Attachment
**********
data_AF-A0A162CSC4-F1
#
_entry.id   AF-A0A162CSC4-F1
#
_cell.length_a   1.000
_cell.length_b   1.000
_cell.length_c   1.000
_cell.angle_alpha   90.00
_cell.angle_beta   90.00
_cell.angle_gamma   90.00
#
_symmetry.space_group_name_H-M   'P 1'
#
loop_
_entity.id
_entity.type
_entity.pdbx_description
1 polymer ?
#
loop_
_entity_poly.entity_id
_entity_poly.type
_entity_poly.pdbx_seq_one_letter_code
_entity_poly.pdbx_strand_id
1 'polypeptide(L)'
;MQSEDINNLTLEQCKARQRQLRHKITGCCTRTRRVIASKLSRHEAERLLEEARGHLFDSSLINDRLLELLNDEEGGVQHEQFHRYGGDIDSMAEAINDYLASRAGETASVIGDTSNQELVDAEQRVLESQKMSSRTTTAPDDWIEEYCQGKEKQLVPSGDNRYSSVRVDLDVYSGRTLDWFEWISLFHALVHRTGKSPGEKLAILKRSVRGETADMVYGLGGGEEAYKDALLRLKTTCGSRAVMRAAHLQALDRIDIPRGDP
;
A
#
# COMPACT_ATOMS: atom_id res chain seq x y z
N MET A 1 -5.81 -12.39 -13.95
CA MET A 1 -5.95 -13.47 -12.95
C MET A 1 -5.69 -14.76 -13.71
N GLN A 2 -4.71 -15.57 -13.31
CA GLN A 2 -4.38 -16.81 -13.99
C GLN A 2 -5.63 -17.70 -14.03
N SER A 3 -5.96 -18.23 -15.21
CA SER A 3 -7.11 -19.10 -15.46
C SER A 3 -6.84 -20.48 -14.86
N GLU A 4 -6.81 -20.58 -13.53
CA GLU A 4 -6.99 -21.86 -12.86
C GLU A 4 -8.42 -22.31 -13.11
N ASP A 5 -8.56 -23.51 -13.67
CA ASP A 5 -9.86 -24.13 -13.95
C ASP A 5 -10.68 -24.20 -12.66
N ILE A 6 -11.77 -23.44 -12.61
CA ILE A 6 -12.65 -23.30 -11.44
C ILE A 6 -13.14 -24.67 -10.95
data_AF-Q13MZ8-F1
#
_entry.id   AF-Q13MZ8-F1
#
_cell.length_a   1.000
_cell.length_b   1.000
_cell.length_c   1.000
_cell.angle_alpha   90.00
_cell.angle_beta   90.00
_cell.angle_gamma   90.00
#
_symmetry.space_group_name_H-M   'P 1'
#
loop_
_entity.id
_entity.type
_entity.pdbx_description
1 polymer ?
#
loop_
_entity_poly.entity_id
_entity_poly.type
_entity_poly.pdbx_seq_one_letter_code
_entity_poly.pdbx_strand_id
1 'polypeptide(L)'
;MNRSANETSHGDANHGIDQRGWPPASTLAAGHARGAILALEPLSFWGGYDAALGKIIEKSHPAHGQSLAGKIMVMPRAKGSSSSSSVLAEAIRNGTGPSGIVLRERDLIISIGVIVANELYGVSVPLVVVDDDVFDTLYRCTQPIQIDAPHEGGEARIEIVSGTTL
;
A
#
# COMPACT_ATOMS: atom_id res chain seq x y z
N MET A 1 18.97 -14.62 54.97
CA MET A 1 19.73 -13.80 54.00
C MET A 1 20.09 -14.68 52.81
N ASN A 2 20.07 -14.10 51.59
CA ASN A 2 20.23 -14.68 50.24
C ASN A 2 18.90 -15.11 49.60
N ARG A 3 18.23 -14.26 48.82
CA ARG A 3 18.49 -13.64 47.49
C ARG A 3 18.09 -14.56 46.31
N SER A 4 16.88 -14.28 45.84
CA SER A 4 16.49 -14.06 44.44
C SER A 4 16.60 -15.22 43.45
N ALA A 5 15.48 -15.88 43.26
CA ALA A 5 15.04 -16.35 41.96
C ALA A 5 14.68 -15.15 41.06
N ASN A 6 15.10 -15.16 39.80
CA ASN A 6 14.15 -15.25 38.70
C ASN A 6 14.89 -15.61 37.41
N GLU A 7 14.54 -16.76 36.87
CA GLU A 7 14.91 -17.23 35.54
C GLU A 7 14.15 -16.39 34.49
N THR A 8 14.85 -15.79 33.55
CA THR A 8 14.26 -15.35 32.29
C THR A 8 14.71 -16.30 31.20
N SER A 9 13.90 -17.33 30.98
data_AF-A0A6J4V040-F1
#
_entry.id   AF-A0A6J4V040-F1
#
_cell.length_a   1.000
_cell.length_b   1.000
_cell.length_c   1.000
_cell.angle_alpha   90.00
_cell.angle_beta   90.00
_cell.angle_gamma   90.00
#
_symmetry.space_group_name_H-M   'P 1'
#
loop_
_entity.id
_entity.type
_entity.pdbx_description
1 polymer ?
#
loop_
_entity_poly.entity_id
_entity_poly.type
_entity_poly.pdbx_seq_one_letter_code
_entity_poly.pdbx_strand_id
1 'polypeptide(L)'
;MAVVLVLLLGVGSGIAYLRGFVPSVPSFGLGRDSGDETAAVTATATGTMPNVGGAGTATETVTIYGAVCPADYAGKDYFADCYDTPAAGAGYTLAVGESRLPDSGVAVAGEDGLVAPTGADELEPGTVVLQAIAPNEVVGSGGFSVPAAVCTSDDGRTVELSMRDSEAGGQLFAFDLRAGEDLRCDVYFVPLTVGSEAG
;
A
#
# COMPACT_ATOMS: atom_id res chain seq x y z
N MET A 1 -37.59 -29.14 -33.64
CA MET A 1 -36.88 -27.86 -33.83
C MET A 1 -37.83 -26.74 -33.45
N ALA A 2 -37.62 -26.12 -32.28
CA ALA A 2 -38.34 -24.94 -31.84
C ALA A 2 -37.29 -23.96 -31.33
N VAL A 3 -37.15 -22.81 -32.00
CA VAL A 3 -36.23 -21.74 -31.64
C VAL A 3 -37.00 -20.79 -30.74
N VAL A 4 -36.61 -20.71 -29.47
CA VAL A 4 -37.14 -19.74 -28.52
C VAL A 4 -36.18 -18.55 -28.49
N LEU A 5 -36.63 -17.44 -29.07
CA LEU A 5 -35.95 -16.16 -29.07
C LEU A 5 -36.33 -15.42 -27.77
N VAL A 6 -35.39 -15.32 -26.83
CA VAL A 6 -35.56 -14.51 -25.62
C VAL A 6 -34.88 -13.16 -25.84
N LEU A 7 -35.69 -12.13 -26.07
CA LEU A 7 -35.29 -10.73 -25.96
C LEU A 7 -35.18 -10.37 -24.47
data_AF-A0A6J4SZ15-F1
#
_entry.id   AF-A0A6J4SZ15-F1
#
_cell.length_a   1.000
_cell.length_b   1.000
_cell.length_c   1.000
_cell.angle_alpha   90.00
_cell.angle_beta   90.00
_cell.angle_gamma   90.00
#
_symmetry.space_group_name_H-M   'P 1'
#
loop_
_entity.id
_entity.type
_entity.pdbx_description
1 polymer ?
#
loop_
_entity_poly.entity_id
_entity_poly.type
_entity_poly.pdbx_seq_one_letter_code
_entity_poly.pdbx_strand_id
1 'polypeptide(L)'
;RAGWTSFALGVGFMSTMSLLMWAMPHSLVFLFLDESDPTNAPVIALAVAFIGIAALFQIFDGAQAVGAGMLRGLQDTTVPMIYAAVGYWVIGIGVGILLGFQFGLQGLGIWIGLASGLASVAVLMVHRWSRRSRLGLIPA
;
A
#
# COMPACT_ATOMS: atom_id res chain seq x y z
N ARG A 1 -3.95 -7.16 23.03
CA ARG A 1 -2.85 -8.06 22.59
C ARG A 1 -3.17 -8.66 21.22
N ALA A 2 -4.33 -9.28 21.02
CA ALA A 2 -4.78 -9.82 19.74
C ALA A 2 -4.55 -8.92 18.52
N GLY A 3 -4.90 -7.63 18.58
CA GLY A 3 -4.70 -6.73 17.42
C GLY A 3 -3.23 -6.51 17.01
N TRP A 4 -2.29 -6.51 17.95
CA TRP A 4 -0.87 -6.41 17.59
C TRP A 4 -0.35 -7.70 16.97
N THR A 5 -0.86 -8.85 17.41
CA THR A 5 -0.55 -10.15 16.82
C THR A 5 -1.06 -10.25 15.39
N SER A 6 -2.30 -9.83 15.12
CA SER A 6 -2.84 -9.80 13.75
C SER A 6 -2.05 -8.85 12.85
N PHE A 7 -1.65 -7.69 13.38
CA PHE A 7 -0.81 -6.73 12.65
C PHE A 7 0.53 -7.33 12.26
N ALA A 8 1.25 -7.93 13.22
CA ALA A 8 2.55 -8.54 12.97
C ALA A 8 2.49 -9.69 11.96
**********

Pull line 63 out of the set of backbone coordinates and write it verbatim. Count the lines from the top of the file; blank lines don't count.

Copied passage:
_entity.id